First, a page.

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Dancing Father Hug

May 24, 2012 1 comment

I don’t think for a moment that I have it all together as a father. As is the case with every guy, I am figuring it out as I go and sometimes that is not a good thing. I make mistakes on a weekly basis and as a result my daughter inevitably carries with her frustrations, pains, and wounds of different kinds, each with it’s own cause.

My church has helped me see that there is hope for dads like me who have so much love in their heart for their children but are painfully aware of the times they fail to live up to the enormity of the call.
For years they have made freedom ministry for adults a key point of focus and are now starting to invite kids of different ages to participate. This post however is not about that. It is about how we as dads can participate in helping our kids experience a certain level of freedom through our interactions with them. I want to illustrate my point by relating a personal story that happened a few months ago.

Every year Gateway Church puts on a Father/Daughter dinner and dance. It is an even that my daughter looks forward to all year. We take a few dance lessons leading up to that night. She picks out a new dress, I wear my suit and we get to spend the night with 100+ other dad’s and their girls. Dinner is always great. I get some kind of beef. Megan gets chicken strips and fries which are sometimes better than the beef, so I sneak a bite or two.

Megan loves music and dancing. Every year before we walk in she makes a point to tell me that “as long as the DJ is playing music, we will be dancing.” So we are always the last two on the dance floor which was again the case this year.

After dinner is when this story takes a turn for the miraculous. The first miracle is that I neither passed out nor had a heart attack on the dance floor. The second miracle was something that happened in Megan’s heart. It happened while she danced.

The music thumped so we danced fast, did the “Push” (which we learned in one of our lessons), a little Cupid Shuffle, we rocked The Wobble and when it slowed down I took advantage of every opportunity to hold her close and slow dance. It was a bit cliche and could have been an image right off of the cover of a Hallmark card but about half way through the night she began to stand on my feet as we went around in circles. Her height put her head right at my chest, just under my chin and she would rest it there often. Her arms wrapped around me in a warm bear-hug. I followed suit and as we danced I whispered small phrases about how important she was, what a beautiful young lady she had turned out to be and how proud I was to be her dad. Heartfelt words that every little girl wants to hear he daddy tell her. While these words washed over her I began to feel tears soak through my shirt and her stomach started to quiver against mine. I tightened my grip around her and gave her a safe, assuring kiss on the head, allowing her to get out whatever was coming to the surface. A subtle weep turned into a full sob and then into what some women call an “ugly cry”. But nothing was ugly about this one.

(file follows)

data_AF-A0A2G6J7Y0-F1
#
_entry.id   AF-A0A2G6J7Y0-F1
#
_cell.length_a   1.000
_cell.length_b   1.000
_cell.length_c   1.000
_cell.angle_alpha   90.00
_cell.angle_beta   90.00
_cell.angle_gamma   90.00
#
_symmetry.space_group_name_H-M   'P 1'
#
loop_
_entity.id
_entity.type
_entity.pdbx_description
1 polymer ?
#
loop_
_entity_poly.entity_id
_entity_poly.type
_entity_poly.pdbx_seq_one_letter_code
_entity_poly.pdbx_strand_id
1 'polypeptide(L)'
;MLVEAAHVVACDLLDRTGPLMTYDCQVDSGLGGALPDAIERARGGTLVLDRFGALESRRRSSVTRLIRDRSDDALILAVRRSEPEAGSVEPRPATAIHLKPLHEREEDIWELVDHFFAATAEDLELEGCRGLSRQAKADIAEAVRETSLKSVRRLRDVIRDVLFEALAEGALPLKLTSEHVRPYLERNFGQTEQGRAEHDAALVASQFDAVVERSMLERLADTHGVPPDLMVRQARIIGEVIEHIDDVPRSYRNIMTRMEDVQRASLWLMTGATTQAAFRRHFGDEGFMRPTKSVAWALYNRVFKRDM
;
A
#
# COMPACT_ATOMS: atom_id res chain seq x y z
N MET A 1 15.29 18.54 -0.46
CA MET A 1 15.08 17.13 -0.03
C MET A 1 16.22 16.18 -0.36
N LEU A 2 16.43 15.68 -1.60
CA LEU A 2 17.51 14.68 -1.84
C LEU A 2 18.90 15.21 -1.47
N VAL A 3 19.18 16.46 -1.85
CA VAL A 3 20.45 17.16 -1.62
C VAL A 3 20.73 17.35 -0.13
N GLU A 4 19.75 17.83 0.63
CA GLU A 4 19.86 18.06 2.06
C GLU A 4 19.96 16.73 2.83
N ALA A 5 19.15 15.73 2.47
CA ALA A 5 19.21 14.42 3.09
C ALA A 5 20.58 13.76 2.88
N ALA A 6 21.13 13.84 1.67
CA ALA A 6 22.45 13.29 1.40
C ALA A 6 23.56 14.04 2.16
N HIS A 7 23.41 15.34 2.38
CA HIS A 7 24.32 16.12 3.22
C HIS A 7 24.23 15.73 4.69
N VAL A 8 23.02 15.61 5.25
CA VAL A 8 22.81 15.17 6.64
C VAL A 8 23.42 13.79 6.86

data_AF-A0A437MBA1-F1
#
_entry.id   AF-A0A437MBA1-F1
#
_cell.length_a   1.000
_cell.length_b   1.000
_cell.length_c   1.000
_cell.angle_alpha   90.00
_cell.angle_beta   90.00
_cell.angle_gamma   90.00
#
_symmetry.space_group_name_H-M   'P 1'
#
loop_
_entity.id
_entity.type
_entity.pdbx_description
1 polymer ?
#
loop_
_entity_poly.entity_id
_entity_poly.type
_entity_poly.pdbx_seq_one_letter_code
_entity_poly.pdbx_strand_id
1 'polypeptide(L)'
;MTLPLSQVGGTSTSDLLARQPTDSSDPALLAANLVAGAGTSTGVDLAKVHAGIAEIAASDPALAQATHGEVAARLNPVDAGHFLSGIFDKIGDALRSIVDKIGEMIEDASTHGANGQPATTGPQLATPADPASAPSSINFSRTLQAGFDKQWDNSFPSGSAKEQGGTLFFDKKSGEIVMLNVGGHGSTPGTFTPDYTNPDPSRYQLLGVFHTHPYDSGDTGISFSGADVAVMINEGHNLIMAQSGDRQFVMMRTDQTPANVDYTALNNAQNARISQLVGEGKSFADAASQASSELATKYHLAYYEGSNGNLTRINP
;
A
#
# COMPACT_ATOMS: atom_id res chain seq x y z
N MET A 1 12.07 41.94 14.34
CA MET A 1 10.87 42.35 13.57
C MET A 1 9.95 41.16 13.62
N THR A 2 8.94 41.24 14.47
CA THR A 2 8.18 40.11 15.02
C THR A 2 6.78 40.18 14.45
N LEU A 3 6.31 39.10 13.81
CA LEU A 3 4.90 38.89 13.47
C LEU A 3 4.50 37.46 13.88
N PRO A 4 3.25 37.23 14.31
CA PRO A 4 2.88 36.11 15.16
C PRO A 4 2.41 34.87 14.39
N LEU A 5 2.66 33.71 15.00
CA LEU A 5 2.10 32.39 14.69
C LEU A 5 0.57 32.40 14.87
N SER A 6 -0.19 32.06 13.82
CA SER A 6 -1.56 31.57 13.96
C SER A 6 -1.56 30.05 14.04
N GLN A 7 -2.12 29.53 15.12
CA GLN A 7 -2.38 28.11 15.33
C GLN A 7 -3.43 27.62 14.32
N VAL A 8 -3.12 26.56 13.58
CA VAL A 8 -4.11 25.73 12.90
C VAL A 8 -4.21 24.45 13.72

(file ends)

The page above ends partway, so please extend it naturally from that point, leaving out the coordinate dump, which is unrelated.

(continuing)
We stayed like that for what seemed like ages but it could have only lasted a minute, maybe two. When she stepped off of my shoes and back onto the dance floor I got on my knees in front of her and gave her one more hug and walked her into the hallway and to the ladies room where she went to “freshen-up”.

As I stood there waiting for her I realized that what we had just experienced was what Freedom Ministry calls a “Father Hug”. It is a moment in which someone receives the healing power of God’s love through another person. Usually adults receive them from someone other than their real dad to heal wounds they have carried for years from their fathers. That night however, Megan was able to experience one as it was intended to be, from her real earthly father and the impact it had on her was obvious.

I take absolutely zero credit for it. I was only the conduit God used that night to bless her. As a matter of fact, I don’t even know what it was he dealt with and healed. What I do know is that freedom and healing can and should happen not just at church with the help of a pastor, but in our homes.

Part of my role as a father is to represent God in my home and demonstrate to my wife and daughter what He is like and treat them with the same grace and tenderness He would. The enormity of that responsibility is all together too much for my mind to handle and I constantly wonder how that is even possible.

Here is the message of hope: Even in my failures and times of weakness, there are moments like our “Dancing Father Hug” that remind me that God is really the one who does it as long as I am ready and willing to let him work through me.


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